The other piece is that maintaining your team’s productivity and connectedness during this time. Talent is everything and we want people to feel appreciated and respected while staying close to each other. On the retail side, in particular, there is so much design and collaboration work that occurs on the apparel side of retail but right now, it is teaching the team a new technology and keeping them engaged. The other parts of business are more “where do you play defense and where do you play offense?”. On the offense side, the advertising side, digital marketing costs have come down pretty dramatically on a cost-per-million-basis and there is a huge opportunity to build awareness at a very good, very attractive price so you can come out and start faster than you may have by just cutting marketing.
Another piece that I think a lot of people are thinking about right now is in addition to marketing, how do you maintain your online business and good fulfillment while protecting your labor force? How do you make sure shipments are making it out on time to those customers that want to connect with your brand? The last trend is really around brand management and I see everyone is pivoting very quickly to a different kind of messaging, more empathetic, to resonate with their customers.
Brand management is not as much of a formula as it has been in the past. A great example of this out in the marketplace is that some brands are really resonating with their customer in a very appropriate, timely way and then there are some brands that are blowing it. A great case study is Hobby Lobby. Hobby Lobby decided to keep their stores open against all state regulations and lockouts and that created a lot of brand damage. There are companies that are tone death or there are companies that are really using this time as an opportunity to greater build a relationship with their consumer.
Amber Naqvi: The biggest element for us is the people aspect of it. We are a people business, a services firm so we have that double duty to make sure our employees are safe. People are not only our biggest asset, they are our only value to anybody as an organization so we want to make sure that they are safe and protected. We have to be diligent because the only service that we can provide to retailers and our customers right now, is our services. Our focus has been to make sure that we are providing those services in a safe and efficient way.
We are very much available to provide our services right now but a lot of times our conversations are just us reaching out to our customers offering assistance, asking if there is any way we can step in to help that retailer sort out their business. We’re reaching out as much as possible and asking our customers questions like “what does your store look like as you open it?”. We are also providing our customers with some insight we’ve gained on what’s been working in other places and so forth. Mike raises a lot of valid and excellent points, things for all retailers to think about.
As a leader, what is one piece of advice to people, employers, and businesses who are experiencing a crisis?
Mike Edwards: I’ve heard the term many times, “never waste a crisis”. I believe this because others, including myself, are really stepping back and saying, “okay, it’s a new day, it’s a new economy” while asking ourselves questions like “what do I like and dislike about my business model?” and “what am I willing to give up and change forever to emerge as a stronger company and brand?”. Going through that thought process really pushes your comfort level about what is possible.
Speaking on my behalf, I have a whiteboard here that I can start over with and almost get permission to do so. Permission from banks, from investors, all open to the idea of a new business structure. It’s my belief that the consumer buying is going to change so radically, some category are going to be huge heroes and some categories are going to take a hit. One thing for sure is that the tipping point to buy online is real which really makes you think differently about your channel strategy into the future and what your partnerships will be like amongst other marketplaces or Amazon. Thinking about how you’re going to build muscle and technology when you may not have it. You may have been really strong at managing stores, but not so good at digital and now that’s flipping even quicker.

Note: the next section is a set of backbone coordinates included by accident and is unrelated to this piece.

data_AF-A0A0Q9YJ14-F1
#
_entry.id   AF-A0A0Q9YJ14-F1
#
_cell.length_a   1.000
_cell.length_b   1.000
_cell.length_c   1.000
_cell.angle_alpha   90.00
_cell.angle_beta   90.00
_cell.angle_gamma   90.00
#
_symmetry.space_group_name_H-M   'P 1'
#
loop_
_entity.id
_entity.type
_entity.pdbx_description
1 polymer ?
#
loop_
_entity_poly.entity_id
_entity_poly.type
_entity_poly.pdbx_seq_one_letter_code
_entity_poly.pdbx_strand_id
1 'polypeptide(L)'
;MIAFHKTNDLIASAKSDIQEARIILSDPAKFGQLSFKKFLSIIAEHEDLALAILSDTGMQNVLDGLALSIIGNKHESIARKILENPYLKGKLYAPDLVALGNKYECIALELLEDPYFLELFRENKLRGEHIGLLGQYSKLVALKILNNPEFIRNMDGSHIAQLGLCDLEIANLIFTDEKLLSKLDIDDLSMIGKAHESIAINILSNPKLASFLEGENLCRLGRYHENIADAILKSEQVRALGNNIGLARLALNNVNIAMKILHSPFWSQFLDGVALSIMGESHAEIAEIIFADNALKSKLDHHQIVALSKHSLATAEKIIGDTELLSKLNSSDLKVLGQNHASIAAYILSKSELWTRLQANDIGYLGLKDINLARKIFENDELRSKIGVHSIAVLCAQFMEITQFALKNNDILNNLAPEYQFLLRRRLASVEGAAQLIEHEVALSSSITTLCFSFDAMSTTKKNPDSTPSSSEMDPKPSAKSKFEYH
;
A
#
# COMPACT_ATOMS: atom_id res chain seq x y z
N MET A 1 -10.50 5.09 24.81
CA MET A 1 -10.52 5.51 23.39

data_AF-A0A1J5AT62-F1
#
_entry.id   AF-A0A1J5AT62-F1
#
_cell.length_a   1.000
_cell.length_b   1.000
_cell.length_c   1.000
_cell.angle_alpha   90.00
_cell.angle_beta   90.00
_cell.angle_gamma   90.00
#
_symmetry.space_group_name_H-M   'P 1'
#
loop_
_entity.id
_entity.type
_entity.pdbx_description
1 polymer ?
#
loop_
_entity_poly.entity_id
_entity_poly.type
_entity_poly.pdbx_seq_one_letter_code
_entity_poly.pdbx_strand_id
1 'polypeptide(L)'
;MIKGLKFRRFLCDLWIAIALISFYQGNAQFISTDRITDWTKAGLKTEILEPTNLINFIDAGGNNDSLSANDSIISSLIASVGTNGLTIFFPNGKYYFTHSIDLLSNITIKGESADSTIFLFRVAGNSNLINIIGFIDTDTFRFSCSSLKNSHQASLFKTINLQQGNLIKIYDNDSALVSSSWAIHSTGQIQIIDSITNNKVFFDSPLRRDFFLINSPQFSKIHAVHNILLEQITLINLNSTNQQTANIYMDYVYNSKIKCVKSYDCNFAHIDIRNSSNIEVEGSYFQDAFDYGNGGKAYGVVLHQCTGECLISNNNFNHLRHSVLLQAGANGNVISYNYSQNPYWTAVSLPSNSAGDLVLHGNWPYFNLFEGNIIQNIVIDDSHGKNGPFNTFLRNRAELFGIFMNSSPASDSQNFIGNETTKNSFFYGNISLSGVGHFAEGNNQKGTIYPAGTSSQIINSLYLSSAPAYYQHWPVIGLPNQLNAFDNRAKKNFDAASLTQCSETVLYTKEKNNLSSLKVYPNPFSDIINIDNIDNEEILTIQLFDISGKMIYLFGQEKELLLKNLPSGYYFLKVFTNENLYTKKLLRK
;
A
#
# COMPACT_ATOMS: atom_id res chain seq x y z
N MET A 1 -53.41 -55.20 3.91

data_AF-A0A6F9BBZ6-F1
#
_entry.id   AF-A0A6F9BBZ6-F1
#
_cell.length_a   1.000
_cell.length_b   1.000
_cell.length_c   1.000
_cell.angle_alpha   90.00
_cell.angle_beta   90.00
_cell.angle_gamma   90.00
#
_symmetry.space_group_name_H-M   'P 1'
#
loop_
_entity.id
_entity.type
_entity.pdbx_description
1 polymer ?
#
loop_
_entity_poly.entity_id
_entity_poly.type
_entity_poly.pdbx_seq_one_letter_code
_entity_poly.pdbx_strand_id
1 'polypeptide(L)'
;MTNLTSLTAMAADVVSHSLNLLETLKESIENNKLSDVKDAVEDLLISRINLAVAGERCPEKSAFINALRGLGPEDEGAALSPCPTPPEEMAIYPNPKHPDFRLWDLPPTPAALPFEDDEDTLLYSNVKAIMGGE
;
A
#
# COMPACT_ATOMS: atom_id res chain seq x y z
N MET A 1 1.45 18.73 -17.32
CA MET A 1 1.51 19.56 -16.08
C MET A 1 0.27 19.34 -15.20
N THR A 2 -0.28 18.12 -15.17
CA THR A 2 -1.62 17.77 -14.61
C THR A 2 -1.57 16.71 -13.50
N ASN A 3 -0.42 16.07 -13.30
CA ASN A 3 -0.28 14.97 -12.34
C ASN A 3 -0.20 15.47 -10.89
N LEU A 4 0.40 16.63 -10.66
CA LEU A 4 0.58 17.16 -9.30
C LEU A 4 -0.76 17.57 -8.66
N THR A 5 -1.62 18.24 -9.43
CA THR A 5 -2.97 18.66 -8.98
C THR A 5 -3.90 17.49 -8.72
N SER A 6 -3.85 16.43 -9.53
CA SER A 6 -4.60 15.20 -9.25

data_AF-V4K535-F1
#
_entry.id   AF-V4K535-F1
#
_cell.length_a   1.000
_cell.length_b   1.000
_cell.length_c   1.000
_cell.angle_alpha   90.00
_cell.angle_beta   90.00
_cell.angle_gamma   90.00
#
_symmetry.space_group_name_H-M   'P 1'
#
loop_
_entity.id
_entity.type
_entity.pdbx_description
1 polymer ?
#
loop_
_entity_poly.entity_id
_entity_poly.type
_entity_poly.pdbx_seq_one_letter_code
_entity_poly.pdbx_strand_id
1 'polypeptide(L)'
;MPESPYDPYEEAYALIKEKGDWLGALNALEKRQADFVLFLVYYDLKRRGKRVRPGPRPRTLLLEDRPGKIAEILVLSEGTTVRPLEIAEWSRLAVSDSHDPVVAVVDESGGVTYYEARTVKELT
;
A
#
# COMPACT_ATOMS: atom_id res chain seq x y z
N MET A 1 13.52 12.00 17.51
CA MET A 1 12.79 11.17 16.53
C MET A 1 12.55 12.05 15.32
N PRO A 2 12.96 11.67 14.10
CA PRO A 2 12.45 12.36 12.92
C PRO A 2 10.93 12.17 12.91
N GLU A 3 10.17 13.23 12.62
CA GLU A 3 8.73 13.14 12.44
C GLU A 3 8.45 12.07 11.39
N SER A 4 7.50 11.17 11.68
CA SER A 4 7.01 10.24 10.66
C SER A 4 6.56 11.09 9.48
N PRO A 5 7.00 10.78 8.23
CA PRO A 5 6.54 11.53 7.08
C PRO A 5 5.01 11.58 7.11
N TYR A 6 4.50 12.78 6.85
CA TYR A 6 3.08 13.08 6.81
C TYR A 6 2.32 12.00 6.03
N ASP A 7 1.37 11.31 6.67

There is going to be a major shakeout in real estate, we already had too much but now this just forces the hand. When retailers stop paying rent and banks start pressuring real estate, a lot of malls will go away or be converted resulting in a shift in how customers buy and how they go about their shopping. Every 24 hours I have a new set of assumptions and every time I do a business plan for one of my investors, I tell him it’s good for 24 hours. We’re in a “pivot fast” world right now.
Amber Naqvi: Being in the technology business, a lot of the same concepts Mike outlined apply to us as well. We can’t stress enough that everybody has advantages from their technology that they need to leverage right now. Your technology is different and it’s been different for a while, which is why people gravitate towards your brand. I believe there is a way to leverage your technology to boost your company so you’re not as blended into the market as everybody else. Standing out is something Logic can help with but ultimately the quicker retailers are able to adopt, the better off they will be.
As an example, which in my opinion is better than Amazon, Logic just created the Curbside Pickup application and I believe the app going to be a big win because once the consumer gets used to staying in their car and having their order brought to them, Curbside will become a sense of normalcy in a changing world. This is also beneficial because some consumers may not want to step inside of a mall so they will do their shopping online and will have the ability to pick up from a store that’s five minutes from their house.
It’s a fun question, If you had a magic power, what would that be?
Mike: My magic power would be the cure Covid-19.
Amber: You know I wish I could travel in time and either prevent some of this from happening or at least be better prepared for it to happen.
Thank you both so much. We appreciate your time and the insights you’ve provided. I look forward to connecting again in the future, hopefully under better circumstances.